Word count: 632 words
Reading time: About 2.5 minutes
Our need to learn doesn’t stop when we graduate from college. So why do so many of us act as though it does?….
I am 55 years old. I have an honours degree in political science. I’ve written professionally for 33 years and was a senior editor at a metropolitan daily for six of them.
And I just signed up for some more continuing education. Yes, more lessons!
Am I crazy? Shouldn’t I be beyond that sort of obscure longing for improvement at this stage in my career?
I don’t think so. Longing for improvement – no matter how amorphous – is healthy. It’s a sign of dignity and self-respect and, frankly, it’s the only way to get better at what you do. Do you know that most people don’t improve their job performances once they’ve gone beyond basic training? Think about yourself. Have you done anything to improve your work performance in the last five years?
Atul Gawande, a Boston-based surgeon and a writer, has taken some dramatic steps in his own career. Two years ago, he hired a surgical coach – to the apparent shock of his colleagues and patients. I encourage you to read about his experience in his article in the New Yorker.
In the recent past, I too, have taken a fair bit of coaching. (Although in my lower-profile case it required less guts than Gawande demonstrated.) I had a really good business coach for about a year. Then I took some Internet coaching. I also enrolled in an excellent two-day public speaking course. And right now I have a search engine optimization (SEO) coach based in England with whom I speak by Skype once a month.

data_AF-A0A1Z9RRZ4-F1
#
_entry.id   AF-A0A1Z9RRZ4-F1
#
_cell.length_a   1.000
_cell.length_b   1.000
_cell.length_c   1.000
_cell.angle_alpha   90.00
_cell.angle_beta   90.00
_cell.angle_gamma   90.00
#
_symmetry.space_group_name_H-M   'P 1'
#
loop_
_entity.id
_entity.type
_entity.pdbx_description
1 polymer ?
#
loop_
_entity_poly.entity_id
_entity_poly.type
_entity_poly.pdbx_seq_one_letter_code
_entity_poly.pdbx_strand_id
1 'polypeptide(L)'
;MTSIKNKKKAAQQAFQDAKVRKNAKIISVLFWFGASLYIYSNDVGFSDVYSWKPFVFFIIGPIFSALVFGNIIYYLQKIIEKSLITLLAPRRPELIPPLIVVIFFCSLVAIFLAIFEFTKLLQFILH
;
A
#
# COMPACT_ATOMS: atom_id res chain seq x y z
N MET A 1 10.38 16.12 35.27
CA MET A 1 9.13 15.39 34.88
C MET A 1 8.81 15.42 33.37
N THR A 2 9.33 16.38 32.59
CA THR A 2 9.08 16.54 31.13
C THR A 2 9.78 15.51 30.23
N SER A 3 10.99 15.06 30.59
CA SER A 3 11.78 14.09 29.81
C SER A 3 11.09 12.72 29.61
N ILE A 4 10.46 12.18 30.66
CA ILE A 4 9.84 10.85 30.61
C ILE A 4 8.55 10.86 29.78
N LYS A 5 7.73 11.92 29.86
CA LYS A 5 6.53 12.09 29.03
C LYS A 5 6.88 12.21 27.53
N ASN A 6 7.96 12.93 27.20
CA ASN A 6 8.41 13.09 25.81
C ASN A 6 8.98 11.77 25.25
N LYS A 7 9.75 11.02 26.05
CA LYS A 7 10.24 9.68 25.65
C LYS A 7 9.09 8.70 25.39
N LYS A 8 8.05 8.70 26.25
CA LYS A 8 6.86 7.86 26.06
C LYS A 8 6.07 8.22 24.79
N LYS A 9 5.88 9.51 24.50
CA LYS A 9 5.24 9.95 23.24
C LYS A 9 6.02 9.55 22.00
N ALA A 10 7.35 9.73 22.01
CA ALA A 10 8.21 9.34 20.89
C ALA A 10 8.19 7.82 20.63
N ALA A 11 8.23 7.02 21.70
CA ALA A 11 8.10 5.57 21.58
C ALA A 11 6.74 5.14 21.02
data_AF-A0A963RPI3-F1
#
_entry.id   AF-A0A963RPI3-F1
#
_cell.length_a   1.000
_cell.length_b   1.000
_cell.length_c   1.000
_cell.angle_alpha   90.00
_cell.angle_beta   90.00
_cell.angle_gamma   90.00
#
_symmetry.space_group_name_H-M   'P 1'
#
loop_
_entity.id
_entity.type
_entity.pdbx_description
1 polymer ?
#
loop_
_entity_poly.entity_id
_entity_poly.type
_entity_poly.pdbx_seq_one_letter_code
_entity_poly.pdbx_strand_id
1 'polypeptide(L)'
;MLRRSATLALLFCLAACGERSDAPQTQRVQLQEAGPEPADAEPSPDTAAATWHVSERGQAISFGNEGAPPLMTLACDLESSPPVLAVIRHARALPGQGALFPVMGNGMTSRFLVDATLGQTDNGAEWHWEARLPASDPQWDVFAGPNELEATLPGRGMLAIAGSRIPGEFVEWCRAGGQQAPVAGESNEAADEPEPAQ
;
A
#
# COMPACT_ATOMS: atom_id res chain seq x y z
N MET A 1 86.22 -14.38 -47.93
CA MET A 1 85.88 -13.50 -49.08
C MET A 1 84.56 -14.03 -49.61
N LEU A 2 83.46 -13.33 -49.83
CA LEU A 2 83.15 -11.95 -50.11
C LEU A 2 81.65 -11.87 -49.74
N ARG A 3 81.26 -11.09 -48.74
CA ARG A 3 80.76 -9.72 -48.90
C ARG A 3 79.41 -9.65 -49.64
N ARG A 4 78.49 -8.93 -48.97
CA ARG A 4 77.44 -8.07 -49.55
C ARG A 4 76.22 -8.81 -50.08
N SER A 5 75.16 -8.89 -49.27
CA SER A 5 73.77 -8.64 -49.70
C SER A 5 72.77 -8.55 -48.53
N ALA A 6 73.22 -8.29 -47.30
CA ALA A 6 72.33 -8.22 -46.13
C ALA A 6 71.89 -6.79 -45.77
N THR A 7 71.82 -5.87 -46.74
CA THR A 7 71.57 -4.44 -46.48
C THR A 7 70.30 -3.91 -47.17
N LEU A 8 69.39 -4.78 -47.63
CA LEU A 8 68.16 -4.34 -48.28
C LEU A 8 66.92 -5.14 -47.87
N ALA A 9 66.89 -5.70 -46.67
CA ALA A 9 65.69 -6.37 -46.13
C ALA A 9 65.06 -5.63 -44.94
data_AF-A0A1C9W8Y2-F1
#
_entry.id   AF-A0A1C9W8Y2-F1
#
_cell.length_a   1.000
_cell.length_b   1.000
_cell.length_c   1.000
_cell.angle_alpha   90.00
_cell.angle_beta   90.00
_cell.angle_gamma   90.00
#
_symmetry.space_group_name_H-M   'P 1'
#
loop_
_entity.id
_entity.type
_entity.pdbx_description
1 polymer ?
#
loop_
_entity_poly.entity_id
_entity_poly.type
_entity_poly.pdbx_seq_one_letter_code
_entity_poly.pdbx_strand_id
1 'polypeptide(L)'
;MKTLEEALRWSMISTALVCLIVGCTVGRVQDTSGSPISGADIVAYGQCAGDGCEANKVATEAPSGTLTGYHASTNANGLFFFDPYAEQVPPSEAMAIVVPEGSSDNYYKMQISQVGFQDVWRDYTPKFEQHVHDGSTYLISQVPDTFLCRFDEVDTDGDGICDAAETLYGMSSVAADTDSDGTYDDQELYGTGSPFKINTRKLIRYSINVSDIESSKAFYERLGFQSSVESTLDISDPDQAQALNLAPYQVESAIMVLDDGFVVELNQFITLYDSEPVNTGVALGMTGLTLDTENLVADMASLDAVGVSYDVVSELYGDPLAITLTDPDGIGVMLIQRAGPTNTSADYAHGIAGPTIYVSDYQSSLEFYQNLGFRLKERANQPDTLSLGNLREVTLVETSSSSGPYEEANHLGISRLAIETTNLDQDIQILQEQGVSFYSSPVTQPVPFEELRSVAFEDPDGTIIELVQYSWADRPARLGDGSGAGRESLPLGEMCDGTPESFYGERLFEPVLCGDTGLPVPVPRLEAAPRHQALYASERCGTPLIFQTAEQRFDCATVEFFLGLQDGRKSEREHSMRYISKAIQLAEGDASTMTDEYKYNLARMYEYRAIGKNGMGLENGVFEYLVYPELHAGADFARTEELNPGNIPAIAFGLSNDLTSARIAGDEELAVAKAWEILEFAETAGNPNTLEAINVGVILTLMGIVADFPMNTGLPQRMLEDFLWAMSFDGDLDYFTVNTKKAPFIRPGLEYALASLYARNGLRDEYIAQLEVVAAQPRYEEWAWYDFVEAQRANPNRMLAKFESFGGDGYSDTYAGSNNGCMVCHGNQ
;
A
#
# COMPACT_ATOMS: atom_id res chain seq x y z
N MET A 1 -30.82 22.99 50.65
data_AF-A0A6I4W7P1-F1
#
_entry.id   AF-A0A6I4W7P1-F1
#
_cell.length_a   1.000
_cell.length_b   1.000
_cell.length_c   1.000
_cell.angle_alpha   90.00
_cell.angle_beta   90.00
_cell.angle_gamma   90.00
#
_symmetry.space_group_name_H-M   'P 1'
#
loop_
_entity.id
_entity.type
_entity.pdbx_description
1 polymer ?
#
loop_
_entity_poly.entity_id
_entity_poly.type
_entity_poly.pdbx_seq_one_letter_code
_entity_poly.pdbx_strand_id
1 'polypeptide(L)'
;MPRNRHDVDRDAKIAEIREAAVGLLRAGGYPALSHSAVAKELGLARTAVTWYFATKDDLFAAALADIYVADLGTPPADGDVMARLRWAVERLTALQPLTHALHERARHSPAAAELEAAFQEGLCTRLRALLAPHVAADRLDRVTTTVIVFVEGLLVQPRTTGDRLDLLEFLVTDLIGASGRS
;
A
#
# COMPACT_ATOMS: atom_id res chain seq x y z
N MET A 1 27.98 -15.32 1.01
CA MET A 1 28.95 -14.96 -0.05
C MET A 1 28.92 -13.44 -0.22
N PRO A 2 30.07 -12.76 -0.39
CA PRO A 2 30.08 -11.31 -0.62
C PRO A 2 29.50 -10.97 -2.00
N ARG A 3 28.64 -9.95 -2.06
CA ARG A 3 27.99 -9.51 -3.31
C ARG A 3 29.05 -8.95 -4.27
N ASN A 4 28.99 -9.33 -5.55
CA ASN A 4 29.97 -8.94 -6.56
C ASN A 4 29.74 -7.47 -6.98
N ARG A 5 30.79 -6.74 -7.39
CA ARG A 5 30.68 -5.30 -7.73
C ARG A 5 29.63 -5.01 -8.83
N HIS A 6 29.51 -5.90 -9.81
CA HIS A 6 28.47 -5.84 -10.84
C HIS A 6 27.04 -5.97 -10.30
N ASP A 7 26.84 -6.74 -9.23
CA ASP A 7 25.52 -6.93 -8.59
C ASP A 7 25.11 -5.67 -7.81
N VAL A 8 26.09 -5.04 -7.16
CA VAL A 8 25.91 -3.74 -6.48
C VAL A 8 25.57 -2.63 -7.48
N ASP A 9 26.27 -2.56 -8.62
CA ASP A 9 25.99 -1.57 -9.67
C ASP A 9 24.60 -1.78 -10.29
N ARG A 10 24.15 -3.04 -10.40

As I thought about how to convey to you my passion for continuing education, I made a mindmap about what, exactly, appeals. I think it comes down to five areas:
1) I want to get better at what I’m doing. Perhaps this is simply more evidence of my ongoing struggle with perfectionism (perfectionism is not a good thing, if you didn’t know that) but I think it also reflects the intrinsic joy many of us get out of learning how to do something better.
2) Taking a course makes learning more fun. Getting better at something is often not particularly amusing – think, for example, of how hard it is to run or do pushups if you haven’t done either in six months. But when a teacher or coach doles out the messages in bite-sized pieces and, when you have the opportunity to connect with other learners, you can have a really good time while learning.
3) When I get better at something, I can do it faster. This gives me the ability to spend my time and attention on other interesting tasks. Like most people I enjoy feeling efficient and productive. If I get my work done quickly, I have more time for other things I really like to do such as reading, walking or cooking.
4) Learning eliminates boredom. Have you ever noticed that the more you learn about something the more interesting it becomes? Aren’t you more interested in what happens to friends than to strangers? Similarly, if you learn more about a task or a subject, you start to care more about it. And your caring affects your performance.
5) If there’s something I do regularly, I want to look forward to it, not dread it. If we’re competent at tasks, we can do them without fear and anxiety.
I used to dread writing. Now it’s my favourite activity of any day. If you’re interested in feeling the same way, check out my Extreme Writing Makeover, a start-anytime 53-week email-based course, or consider some one-on-one coaching with me.
No matter what our age or experience, we can always learn more.
How do you improve your own writing skills? We can all learn from each other so please share your thoughts with my readers and me by commenting below. (If you don’t see the comments box, click here and then scroll to the end.)
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